Without spoiling all of the new unlocks, combat is much more dynamic with Fusion-based shenanigans and capsule toys. Elemental attacks are at the forefront of Tears of the Kingdom‘s fighting system, and there are more opportunities to mix and match playstyles due to Fusing items into arrows and weapons. I ended up using my bow roughly twice as much in Tears of the Kingdom as I did in Breath of the Wild, which added a lot more depth to combat beyond the typical “block/dodge/flurry” system of the latter.
So are there dungeons or what?
They’re called “temples,” but they’re basically framed like Divine Beasts. After entering them (following a questline to actually discover them), you’ll be tasked with unlocking four~ locks: attached to a door that houses the final boss.
I can hear the yawns now, but the temples are a step up from the Divine Beasts solely because of how many puzzle solutions are available with the new powers and inherent game mechanics. The sequence-breaking options alone are sick: if you put 10 people in a room and make them solve any given dungeon, everyone would do at least one lock or puzzle differently. Ascend and Ultrahand are the big fun culprits, and the Divine Beast “do any of the locks in order” sequencing works far better now that there are more ways to approach each individual problem.
I had a very similar experience with finishing shrines, which return in Tears of the Kingdom and are similarly linear. Shrines as a whole are a lot more dynamic as a result, and I’ve encountered far less frustrating puzzles compared to Breath of the Wild. The designs, in general, are looser, which not only helps get your creative juices flowing; they’re also less obtuse, and more fun.
Again, I cannot stress this enough: the powers in Tears of the Kingdom are indeed empowering. Instead of slowly climbing up a tower, you can Ascend. If there’s no land mass to Ascend to, you can typically build a bridge or a way to help cut down on a taxing climb.
The story is still in the background, and your narrative mileage may vary
The framework of the game’s main story is going to be one of the bigger sticking points as we move into the Tears of the Kingdom discourse. The faster setup helps a lot, as a lot of the pageantry of the world is not needed given the nature of Tears’ existence as a sequel.
But a lot of the narrative is still told through flashbacks (which are part of another Zelda-linked sidequest chain), and the structure itself is also similar to how Breath of the Wild’s story plays out. That said, it does kick off very quickly, in the way a direct sequel should, and it does ramp up to deliver an array of lore-heavy material. There’s some tutorializing here (especially when it comes to the new powers), but there’s a lot more urgency with the story upfront, and a little more intrigue when it comes to two major facets: the lore, and Zelda herself.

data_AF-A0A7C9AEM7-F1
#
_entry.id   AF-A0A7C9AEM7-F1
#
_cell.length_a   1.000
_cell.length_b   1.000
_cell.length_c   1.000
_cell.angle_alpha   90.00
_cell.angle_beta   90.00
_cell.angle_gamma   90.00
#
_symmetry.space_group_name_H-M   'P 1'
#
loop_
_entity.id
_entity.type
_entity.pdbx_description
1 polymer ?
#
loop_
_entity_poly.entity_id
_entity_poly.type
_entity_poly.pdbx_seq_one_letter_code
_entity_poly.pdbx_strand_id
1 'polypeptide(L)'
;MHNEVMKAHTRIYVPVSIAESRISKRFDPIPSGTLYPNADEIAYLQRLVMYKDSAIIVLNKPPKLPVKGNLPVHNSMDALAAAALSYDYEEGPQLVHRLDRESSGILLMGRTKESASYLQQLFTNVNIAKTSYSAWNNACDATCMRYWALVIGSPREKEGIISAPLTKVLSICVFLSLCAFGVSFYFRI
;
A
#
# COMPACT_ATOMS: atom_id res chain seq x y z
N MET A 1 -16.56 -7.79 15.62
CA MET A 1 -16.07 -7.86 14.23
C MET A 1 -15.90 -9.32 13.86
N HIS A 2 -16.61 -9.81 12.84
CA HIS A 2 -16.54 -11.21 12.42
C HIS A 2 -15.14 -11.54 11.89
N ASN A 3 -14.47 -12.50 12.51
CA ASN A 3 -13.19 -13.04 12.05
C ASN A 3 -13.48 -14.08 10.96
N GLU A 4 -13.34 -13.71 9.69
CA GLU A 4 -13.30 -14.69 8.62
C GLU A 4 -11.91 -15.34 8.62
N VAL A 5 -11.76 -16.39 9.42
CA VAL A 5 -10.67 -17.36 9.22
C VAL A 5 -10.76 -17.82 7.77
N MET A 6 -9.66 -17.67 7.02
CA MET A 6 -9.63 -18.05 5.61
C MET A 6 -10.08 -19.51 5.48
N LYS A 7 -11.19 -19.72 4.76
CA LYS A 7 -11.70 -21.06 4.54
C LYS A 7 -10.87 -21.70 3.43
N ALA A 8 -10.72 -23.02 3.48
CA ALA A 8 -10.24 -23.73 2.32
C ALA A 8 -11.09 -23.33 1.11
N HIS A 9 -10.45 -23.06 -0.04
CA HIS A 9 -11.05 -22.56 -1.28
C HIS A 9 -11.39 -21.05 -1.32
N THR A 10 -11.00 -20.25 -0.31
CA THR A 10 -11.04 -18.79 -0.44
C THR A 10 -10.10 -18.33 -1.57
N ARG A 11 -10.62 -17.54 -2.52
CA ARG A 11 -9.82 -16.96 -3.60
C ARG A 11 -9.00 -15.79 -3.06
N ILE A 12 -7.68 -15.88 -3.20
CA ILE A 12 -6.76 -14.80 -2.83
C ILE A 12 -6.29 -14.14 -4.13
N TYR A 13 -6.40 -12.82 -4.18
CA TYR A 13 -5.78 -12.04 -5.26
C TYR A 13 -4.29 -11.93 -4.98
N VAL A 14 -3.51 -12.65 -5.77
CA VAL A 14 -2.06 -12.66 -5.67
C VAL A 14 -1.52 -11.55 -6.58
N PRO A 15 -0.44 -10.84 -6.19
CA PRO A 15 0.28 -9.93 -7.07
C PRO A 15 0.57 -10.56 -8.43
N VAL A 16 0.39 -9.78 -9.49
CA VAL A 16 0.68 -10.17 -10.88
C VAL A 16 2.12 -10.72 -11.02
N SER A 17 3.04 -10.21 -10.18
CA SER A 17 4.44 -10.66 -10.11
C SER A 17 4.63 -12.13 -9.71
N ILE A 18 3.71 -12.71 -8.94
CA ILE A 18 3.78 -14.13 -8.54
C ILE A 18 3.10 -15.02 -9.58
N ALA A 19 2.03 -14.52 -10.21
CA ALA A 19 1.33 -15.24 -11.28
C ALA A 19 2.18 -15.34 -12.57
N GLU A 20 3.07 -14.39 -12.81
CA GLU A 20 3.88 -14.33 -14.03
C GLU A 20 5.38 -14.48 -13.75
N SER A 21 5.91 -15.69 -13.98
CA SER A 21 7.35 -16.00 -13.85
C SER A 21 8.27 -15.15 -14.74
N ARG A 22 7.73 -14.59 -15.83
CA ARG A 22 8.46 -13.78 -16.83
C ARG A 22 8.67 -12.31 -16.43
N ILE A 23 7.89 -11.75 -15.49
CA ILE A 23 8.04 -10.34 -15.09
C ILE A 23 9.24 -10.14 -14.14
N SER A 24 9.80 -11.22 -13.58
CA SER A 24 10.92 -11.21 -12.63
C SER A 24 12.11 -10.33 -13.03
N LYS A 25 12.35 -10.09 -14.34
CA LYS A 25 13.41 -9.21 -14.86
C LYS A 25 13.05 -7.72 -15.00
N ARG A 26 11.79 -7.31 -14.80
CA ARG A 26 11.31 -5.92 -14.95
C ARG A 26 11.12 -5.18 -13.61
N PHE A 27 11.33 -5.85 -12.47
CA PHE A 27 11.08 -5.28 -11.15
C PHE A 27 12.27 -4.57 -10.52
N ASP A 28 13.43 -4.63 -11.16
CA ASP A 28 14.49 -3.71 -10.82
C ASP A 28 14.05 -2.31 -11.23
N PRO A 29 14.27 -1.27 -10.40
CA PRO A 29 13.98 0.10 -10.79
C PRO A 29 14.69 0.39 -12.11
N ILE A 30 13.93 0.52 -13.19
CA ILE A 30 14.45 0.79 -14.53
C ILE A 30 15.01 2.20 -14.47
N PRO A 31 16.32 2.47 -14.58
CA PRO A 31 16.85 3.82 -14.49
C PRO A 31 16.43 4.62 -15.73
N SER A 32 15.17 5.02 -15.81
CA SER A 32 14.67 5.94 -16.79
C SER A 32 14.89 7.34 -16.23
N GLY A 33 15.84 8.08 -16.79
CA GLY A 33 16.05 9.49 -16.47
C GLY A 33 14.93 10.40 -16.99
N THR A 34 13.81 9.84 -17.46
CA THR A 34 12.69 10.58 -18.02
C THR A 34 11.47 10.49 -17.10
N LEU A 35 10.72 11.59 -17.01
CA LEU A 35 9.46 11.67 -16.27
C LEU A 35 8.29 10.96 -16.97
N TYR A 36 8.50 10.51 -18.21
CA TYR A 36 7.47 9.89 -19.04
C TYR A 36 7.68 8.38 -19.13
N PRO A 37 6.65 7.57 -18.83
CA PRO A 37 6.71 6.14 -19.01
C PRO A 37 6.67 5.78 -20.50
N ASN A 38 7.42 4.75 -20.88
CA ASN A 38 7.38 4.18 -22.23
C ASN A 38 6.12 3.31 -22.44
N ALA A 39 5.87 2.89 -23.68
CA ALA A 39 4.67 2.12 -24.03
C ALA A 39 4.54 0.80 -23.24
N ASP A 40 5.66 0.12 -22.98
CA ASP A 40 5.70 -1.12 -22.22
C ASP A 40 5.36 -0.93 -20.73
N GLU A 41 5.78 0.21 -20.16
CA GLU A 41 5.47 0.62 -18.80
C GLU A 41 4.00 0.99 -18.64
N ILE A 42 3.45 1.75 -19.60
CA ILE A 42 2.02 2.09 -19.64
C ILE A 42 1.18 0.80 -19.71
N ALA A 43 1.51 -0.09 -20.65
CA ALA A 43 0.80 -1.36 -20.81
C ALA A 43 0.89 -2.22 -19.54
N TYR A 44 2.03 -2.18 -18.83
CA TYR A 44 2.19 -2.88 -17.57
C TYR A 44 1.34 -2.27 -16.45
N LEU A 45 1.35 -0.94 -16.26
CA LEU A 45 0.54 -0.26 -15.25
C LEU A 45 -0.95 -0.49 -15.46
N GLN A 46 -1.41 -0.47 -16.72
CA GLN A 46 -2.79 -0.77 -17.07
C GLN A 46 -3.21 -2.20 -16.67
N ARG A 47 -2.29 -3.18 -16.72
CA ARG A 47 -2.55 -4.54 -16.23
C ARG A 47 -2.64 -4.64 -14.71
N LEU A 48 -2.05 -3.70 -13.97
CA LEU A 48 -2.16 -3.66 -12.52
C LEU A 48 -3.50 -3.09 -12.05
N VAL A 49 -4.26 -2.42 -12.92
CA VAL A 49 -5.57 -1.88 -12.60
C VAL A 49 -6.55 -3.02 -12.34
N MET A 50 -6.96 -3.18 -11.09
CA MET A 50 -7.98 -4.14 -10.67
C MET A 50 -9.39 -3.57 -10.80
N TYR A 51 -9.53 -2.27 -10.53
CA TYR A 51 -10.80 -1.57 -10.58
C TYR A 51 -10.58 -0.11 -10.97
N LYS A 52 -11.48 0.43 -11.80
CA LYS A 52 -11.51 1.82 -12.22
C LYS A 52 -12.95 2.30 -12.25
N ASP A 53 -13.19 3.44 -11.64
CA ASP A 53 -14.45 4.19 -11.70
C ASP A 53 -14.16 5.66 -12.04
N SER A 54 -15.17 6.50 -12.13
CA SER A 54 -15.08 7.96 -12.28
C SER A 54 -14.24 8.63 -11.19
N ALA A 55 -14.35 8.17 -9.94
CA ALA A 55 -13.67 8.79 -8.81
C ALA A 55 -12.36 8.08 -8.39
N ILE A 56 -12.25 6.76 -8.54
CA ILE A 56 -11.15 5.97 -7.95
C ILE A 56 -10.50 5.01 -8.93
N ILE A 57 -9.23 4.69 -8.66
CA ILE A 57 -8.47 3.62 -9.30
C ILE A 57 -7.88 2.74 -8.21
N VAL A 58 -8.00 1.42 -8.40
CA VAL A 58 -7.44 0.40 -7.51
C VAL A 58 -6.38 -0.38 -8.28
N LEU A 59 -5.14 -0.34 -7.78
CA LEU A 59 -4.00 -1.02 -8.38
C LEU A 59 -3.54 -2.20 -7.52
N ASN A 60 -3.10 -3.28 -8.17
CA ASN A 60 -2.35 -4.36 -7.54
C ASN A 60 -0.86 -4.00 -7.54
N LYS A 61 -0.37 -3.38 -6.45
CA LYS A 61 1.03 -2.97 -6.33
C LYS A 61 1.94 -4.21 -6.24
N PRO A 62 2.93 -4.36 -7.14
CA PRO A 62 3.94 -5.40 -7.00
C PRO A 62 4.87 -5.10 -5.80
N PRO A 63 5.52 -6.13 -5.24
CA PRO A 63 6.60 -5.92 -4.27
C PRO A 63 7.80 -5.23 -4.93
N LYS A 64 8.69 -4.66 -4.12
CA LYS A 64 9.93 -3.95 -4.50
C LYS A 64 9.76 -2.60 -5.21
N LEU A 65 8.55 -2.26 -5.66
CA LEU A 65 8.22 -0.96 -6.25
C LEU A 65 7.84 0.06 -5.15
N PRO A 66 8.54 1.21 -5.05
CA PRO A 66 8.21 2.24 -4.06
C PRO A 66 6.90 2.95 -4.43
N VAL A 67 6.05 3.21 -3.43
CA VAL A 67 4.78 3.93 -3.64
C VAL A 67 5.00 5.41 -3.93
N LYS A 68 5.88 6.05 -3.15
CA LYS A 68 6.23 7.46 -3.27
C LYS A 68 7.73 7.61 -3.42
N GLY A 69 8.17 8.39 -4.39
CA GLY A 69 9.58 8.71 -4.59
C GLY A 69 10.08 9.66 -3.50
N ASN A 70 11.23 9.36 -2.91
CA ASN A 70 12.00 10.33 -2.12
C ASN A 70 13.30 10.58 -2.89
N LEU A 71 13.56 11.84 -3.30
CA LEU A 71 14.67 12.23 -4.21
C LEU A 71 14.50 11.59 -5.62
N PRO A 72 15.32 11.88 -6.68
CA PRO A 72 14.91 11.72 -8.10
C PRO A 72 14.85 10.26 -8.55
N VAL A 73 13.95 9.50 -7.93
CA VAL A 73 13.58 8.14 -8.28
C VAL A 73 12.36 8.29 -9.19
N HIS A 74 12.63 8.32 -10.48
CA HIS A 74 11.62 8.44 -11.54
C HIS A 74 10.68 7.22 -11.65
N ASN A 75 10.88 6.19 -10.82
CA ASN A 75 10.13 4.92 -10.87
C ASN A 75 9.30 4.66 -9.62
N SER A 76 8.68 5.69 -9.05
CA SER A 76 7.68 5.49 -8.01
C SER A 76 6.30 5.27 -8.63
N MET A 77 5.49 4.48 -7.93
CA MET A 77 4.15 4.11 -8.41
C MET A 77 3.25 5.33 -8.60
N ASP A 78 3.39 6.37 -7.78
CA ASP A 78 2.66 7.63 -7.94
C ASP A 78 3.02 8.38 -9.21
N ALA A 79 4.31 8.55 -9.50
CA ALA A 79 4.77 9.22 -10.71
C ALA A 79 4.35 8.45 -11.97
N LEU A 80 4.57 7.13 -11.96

We learn about the ancient Zonai civilization, prior wars with the dark forces of Hyrule, and how Link and Zelda fit into all of it. There’s very little I can say about the story without going into spoiler territory, but suffice it to say I did enjoy the narrative a bit more this time around: even if some of its beats are humming along a little too quickly or are out of the way.
It’s Breath of the Wild plussed up, which is going to do different things for different people
Depending on your perspective, some of the features present in Tears of the Kingdom are either a comfy return home or caveats. It’s very similar to Breath of the Wild not only in structure, but in terms of core mechanics. Although “Zelda games are the same” is a criticism that’s been levied at the series since its “teenage years” so to speak, some fans see that as a boon, not a burden.
Me? I loved nearly every minute of Tears of the Kingdom. From zooming up into the sky to spelunking in the depths, there’s way more to explore here, and I feel like I haven’t even scratched the surface outside of the main story and some key sidequests. But the real kicker that helps separate Tears from Breath of the Wild is its big swing power set. I felt like I was in control at all times, and had the ability to create my own path. For a series known for sequence-breaking that’s not just a perk; it’s a strong argument for why Tears of the Kingdom will be talked about for years on end, and may even top some favorite Zelda lists.
[This review is based on a retail build of the game provided by the publisher.]